It's been four years since my Dad died.
It still feels surreal to say that. Despite the very real pain in my heart, most days my brain still has a hard time comprehending that he is gone. After all, it was just a regular Saturday. My parents were very much looking forward to their upcoming vacation with my aunt and uncle which was just days away.
My Dad went for a haircut before meeting my Mom at their Saturday morning brunch spot. They did some errands, picked up a few things for their trip, and went home to do the first spring cleanup on their yard before they were going to be away on their holiday. The rest of us were going about our Saturdays as well.
Overall, life was good. Spring had arrived. The sun was shining. We were all healthy and happy, and anticipating a future that we would experience as a family that was whole. We had no idea that grief and sorrow were about to come barging into our lives uninvited.
As a nursing professor who teaches palliative care, I discuss with my students that only 10% of us will die suddenly and unexpectedly. The other 90% of us will journey with an illness or increasing frailty towards our final moments. My entire program of research focuses on supporting family caregivers who will provide most of the care for this majority of people.
Somewhere in my heart I was expecting to someday (a long time from now) fill the family caregiver role and be able to comfort and care for my Dad in his final days. I was not expecting to receive a call that he had collapsed on the yard and rush over to join in the efforts to resuscitate him, which contrary to media depictions is a vigorous and violent procedure. Somehow I was expecting that someday my Dad and I would be given time to reflect back on life together and say our goodbyes. I was not expecting to be called to a very public scene filled with panic and kneel next to him lying unresponsive on the ground to immediately recognize that he was already gone. In a literal heartbeat my Dad was gone and our world was changed forever. We had no warning, no time to prepare, and no opportunity to say goodbye.
That following year was the most difficult year of my life. Grief is more than a brief time of sadness. It is a total body response to the loss of your loved one and the cascade of other losses that come along with that. Grief grips you physically, mentally, emotionally, and spiritually and pervades every aspect of your life. It is relentless. Just when you start to feel a glimmer of confidence that life will be ok again, grief comes out of nowhere and sucker punches you. It is exhausting.
A year after his passing I would still have vivid flashbacks to the scene of my Dad’s death. My heart still breaks and I feel completely helpless bearing witness to my Mom’s sorrow. I still have to fight back tears when I look into the brave faces and sad eyes of my brothers, sisters-in-law, and sweet nieces and nephews who are also trying to find their way. Family times are still precious but have become bittersweet and probably always will be. These moments we had anticipated are no longer being experienced as a whole family – a very important part of us is missing.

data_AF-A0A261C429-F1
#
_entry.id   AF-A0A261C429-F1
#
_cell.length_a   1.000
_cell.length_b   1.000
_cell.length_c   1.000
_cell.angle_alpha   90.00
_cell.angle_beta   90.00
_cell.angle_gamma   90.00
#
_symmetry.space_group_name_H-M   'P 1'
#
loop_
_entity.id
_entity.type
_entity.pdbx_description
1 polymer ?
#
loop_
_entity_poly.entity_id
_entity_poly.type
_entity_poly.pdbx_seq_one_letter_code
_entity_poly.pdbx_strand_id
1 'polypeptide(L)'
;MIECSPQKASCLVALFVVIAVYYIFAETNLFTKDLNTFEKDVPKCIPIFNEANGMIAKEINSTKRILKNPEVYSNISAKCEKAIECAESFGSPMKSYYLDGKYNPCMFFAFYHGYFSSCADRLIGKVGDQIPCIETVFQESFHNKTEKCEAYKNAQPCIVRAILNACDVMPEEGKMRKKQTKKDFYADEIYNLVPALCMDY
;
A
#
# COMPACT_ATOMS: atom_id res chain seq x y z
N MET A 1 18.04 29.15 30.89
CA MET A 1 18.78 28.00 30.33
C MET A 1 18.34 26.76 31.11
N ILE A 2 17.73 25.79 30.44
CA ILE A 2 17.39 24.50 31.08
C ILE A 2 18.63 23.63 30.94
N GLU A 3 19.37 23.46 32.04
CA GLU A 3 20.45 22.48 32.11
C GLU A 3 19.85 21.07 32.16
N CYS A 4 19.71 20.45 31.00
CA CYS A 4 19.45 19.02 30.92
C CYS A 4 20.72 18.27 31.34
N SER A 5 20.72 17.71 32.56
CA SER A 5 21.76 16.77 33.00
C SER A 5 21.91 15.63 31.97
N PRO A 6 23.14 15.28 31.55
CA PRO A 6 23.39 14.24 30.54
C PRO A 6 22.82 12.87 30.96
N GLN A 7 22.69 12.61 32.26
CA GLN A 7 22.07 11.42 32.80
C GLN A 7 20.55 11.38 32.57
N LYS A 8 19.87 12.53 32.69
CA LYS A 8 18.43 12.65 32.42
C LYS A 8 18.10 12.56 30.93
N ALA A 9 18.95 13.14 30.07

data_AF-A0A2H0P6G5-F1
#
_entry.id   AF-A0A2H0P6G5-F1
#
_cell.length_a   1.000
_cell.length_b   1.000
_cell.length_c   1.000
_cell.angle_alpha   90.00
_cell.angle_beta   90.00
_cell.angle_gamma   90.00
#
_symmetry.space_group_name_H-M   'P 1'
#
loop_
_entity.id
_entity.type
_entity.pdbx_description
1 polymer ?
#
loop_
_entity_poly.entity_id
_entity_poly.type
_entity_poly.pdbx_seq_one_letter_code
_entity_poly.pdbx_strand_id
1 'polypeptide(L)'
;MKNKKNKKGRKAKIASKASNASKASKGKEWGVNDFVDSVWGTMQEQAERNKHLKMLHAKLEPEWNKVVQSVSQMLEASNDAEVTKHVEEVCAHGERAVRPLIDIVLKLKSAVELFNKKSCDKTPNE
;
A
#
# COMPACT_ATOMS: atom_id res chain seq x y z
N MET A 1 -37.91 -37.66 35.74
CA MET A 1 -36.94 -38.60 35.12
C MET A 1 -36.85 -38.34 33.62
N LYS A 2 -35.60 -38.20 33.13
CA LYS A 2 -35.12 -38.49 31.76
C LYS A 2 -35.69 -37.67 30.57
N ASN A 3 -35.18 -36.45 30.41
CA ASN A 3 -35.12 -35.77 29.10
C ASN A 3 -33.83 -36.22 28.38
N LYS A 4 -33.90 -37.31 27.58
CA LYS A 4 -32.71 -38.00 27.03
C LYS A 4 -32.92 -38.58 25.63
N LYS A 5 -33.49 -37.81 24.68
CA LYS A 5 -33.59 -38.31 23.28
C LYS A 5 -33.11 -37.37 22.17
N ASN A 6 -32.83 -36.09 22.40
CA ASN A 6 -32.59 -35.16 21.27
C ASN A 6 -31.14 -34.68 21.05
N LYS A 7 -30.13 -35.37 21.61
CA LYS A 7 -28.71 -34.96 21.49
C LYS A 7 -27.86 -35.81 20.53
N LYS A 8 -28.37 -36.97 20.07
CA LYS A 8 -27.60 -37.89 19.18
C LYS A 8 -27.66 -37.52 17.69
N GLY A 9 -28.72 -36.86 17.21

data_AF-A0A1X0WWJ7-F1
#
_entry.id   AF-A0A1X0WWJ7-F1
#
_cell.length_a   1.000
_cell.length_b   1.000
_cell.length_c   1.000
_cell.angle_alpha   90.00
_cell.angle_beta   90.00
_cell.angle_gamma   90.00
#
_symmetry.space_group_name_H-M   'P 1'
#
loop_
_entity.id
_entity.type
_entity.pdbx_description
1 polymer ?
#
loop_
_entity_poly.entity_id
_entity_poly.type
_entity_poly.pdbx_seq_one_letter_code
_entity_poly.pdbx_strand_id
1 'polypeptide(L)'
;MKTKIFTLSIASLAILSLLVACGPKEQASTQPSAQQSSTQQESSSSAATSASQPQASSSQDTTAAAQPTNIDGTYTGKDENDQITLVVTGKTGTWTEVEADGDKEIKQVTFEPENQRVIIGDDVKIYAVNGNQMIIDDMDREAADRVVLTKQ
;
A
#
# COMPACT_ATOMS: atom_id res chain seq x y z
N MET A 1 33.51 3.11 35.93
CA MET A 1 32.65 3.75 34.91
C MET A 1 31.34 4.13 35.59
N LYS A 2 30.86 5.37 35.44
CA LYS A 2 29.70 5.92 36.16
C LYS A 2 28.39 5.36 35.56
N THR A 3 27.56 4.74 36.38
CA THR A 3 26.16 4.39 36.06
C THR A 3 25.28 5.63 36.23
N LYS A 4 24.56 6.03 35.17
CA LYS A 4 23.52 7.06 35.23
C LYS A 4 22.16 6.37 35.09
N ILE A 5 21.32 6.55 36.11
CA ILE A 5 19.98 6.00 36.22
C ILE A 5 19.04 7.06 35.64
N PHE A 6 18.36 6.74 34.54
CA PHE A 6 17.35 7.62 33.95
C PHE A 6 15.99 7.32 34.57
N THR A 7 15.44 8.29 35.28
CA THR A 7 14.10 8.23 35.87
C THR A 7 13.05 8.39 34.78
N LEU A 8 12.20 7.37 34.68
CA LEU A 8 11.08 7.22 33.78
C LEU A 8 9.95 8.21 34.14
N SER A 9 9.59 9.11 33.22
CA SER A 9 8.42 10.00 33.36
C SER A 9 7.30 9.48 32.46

The “firsts” came and went throughout the first year and somehow the expectation was that we would now be ok, but my world is still upside down and I miss my Dad more now than ever. Simply put, my heart is still trying to figure out how to beat again when a piece of it that has been with me since day one is gone.
Grief has a way of provoking deep reflection. I am a deep thinker at the best of times so the first year took me to some especially profound places. On Father’s Day, just a few weeks after my Dad had died, I was sitting out on my deck weeping for my Dad. I longed to have him back and I just kept thinking, ‘What is the point of all of this?’ ’This’ being life. So many existential questions flooded my thoughts as I sat there sobbing, completely broken and lost.
After some time, I went inside for a moment and when I came back out there was bright, beautiful butterfly perched on my seat. There were three other chairs for it to choose from but it was rested right where I had been. As I approached it fluttered away so I sat down and seconds later it landed on my shoulder. For a moment I had a sense of complete peace before the tears started flowing again.
Almost two years prior to this butterfly landing, I had just moved home from Montreal and was without a car or the Internet for a few weeks. My Dad graciously, and joyfully, drove several miles out of his way to pick me up every day and bring me to the library so I could work, and then bring me back home at the end of the day.
One day as I sat outside waiting for him to retrieve me from the library I noticed a gorgeous butterfly amidst the vibrant flower garden and managed to capture a great photo. When my Dad arrived to pick me up I excitedly showed him the picture and, although he probably wasn’t truly as enthusiastic about it as I was, he humored me and we marveled at the butterfly together. That butterfly coming to me on Father’s Day carried with it a sweet memory of my Dad that elicited both pain and comfort at the same time. And in that divine moment, it also brought with it an invitation to reflect on what the point of all of this really is.